[16 July 2008]
Philadelphia Daily News (MCT)
SANTA MONICA, Calif. - It’s not a bad name for a sitcom, but “Boldly Going Nowhere” probably wouldn’t be the best description of the producers and stars of FX’s “It’s Always Sunny in Philadelphia,” who are getting ready to board the Fox mothership in a move that could take their careers to a whole new level.
Fox has ordered a pilot for “Boldly,” a comedy the network’s entertainment president, Kevin Reilly calls “one of the funniest scripts I’ve read in a long time,” describing it as ” ‘The Office’ in space.”
Rob McElhenney, 31, who created “Sunny” and writes and stars in it with Charlie Day and Glenn Howerton, said the idea for the show actually came from Adam Stein, who was working as a writers’ assistant on “Sunny.”
“He said, ‘Hey, I have this idea for a show.’ He brought it to us, we thought it was great ...,” McElhenney said Monday night at a Fox party on the Santa Monica pier.
“Boldly Going Forth,” he said, is “an office-type comedy in outer space. They’re on a spaceship, and it’s just sort of what happens in between the adventures: the logistical issues of running a starship. So it’s not necessarily like ‘Star Trek,’ where it’s about the adventures. It’s more about what happens in between.”
For instance, “there might be a whole episode about who does the laundry on the ship. You know, we want to talk about like the mundaneness of everyday life,” said McElhenney, who apparently wasn’t a big sci-fi fan growing up. “Because every time we’ve seen any type of science fiction, it all seems to be like really, really exciting and we’re wondering about the reality of that - what is it really like in the future? It’s not all that much different than it is now. You still have to deal with everyday life.”
Though they hope “to make science fiction funny ... we don’t want it to be for the science-fiction crowd. Of course, we want to include them. But it’s more for everybody. Anybody can watch this show and relate to it.”
Reilly, who’d talked about the show with reporters earlier that day at the Television Critics Association’s summer meetings, said the show is “very smart. It is provocative in tone, but it just literally deals with like bureaucracy, ineptitude, you know, frustration with your job, petty jealousies in the workplace, all set on a spaceship, where things are life-threatening. It’s futuristic. But it’s not a spoof - it’s not Spock’s ears falling off.”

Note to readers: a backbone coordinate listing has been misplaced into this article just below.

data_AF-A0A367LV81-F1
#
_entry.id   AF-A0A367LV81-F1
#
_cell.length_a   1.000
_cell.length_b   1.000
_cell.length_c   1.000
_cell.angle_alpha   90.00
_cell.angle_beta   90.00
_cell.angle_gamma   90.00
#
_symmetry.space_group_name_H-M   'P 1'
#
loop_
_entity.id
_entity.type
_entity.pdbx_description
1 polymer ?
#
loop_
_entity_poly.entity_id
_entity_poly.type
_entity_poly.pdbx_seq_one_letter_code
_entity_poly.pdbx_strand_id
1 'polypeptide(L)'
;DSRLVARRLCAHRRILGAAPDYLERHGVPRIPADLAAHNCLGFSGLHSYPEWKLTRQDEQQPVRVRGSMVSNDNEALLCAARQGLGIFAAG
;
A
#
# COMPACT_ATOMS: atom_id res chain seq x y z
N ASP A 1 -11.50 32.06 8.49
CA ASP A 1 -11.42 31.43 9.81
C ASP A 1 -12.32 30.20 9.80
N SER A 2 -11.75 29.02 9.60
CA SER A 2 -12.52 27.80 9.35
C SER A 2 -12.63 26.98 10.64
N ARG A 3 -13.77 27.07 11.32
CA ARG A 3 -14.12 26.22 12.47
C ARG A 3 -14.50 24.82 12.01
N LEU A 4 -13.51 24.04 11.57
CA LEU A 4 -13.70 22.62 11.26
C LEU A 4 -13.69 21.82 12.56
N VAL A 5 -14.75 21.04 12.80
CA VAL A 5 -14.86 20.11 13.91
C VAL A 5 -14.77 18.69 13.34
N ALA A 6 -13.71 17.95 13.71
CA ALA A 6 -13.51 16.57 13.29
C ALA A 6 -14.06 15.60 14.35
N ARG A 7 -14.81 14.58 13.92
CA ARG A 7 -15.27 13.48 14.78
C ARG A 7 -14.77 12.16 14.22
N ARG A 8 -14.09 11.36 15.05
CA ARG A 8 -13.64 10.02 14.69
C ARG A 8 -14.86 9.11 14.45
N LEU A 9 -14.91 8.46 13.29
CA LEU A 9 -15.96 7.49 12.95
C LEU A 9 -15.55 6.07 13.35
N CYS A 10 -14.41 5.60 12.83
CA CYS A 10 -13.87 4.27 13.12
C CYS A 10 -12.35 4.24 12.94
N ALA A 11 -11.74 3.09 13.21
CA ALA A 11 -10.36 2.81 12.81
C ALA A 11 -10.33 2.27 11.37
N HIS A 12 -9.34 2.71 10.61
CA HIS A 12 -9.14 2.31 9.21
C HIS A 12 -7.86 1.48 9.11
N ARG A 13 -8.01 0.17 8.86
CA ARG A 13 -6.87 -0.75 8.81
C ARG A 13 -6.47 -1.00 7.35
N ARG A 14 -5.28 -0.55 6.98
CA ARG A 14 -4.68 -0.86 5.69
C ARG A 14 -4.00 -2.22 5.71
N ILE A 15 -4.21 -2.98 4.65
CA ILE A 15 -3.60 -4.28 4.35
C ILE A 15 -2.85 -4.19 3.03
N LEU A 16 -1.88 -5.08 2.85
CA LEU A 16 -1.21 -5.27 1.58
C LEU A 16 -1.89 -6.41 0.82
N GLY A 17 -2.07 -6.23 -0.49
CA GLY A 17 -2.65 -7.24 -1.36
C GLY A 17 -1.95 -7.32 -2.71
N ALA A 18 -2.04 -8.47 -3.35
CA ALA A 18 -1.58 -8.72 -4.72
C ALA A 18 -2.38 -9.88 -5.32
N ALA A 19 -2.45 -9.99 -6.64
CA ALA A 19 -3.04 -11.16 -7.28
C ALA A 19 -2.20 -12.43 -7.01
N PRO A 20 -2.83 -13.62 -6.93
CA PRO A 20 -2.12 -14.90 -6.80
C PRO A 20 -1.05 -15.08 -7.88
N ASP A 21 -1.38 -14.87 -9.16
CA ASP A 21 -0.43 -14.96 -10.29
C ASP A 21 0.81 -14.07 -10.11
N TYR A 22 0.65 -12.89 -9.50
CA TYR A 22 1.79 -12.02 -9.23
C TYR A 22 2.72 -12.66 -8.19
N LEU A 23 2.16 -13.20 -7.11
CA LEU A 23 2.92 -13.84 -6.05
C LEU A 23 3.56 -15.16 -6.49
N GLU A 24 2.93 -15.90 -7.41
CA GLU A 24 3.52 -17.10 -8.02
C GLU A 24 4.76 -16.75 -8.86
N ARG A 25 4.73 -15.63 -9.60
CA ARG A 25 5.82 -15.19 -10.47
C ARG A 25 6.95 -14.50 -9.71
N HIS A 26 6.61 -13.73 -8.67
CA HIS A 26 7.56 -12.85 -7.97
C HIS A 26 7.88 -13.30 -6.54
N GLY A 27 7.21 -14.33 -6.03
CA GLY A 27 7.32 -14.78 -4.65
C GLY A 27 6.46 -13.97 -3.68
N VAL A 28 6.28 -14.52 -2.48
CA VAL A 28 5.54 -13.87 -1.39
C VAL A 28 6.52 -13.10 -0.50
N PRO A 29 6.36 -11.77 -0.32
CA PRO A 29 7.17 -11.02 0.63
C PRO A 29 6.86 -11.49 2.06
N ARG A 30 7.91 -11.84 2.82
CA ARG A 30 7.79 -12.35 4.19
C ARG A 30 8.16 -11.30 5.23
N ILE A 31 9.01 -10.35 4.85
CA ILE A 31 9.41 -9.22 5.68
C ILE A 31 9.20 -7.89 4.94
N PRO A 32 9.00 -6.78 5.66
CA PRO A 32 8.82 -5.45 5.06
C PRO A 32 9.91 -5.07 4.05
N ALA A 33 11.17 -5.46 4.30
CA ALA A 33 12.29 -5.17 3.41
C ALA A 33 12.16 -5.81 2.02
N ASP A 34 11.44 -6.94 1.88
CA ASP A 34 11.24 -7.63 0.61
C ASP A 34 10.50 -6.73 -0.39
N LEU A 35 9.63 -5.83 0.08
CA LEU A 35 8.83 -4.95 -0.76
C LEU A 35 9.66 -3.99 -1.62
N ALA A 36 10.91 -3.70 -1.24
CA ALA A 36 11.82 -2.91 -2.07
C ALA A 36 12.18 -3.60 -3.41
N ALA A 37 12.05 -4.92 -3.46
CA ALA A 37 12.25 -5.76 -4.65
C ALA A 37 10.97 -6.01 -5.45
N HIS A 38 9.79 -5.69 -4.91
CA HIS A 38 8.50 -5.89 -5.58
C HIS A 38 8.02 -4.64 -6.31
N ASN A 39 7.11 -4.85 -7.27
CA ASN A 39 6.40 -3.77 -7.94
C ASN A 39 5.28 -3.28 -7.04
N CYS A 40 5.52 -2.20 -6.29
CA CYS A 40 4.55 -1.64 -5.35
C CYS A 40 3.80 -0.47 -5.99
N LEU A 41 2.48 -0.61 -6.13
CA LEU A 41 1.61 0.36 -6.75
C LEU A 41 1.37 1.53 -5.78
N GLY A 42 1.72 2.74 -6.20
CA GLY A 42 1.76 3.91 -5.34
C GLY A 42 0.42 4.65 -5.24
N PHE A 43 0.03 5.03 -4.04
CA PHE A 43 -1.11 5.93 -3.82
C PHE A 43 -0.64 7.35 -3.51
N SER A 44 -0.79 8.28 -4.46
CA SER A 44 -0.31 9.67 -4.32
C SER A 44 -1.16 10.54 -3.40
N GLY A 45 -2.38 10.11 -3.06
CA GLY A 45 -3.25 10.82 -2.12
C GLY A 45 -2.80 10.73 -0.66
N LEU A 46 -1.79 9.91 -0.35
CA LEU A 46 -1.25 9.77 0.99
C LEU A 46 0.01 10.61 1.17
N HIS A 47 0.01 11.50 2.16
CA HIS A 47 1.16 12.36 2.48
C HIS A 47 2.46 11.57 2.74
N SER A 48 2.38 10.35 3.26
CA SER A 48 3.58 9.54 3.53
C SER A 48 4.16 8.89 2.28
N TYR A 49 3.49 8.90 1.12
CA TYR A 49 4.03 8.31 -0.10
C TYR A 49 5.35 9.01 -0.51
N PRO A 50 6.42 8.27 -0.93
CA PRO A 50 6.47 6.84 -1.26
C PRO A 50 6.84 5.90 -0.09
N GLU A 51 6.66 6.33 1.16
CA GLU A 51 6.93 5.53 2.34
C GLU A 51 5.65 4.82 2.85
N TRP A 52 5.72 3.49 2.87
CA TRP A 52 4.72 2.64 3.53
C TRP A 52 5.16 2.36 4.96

McElhenney, Day and Howerton carry one of the heavier loads in television as writers and stars of “Sunny” and it’s not expected to get any lighter.
“We’re going to finish out (Season 4 of) ‘Sunny,’ and we’ve got a pilot episode plus (an order for) five episodes’ scripts” for “Boldly Going Nowhere,” he said.
“So we’re working on finalizing ‘Sunny,’ and then we’re going to shoot the pilot sometime before Christmas and, hopefully, go to series in the winter. And then be on board as executive producers for the entire run of the show, but we’ll just be overseeing everything,” he added.
“It’s Always Sunny in Philadelphia,” meanwhile, returns for a 13-episode season on Sept. 18.
“It’s our funniest season yet, I think,” said McElhenney, who’d only part with one plotline, though that one’s probably enough to set the tone: “We get addicted to eating human meat.”
And where do they get human meat? (She asked nervously.)
“We got a guy,” said McElhenney. “We got a guy.”
More to the point, “Frank’s got a guy in Chinatown. Helps him out.”
Frank, for the uninitiated, is played by Danny DeVito, who joined the show in Season 2, playing the father of Dennis (Howerton) and Dee (Kaitlin Olson). And, yes, at this point it’s not unbelievable that he’d know a supplier of human meat.
But those who want to set their TiVos now will just have to wait, because McElhenney’s not sure yet when the episode will air.
“We cut them all like around the same time and we air them based on ... whatever we think is funniest or whatever cuts together easiest,” he said.
When it was suggested that airing episodes in no particular order probably helps keep the characters from demonstrating any growth, he said firmly: “Well, we’ll never grow. We never want to grow. Never.”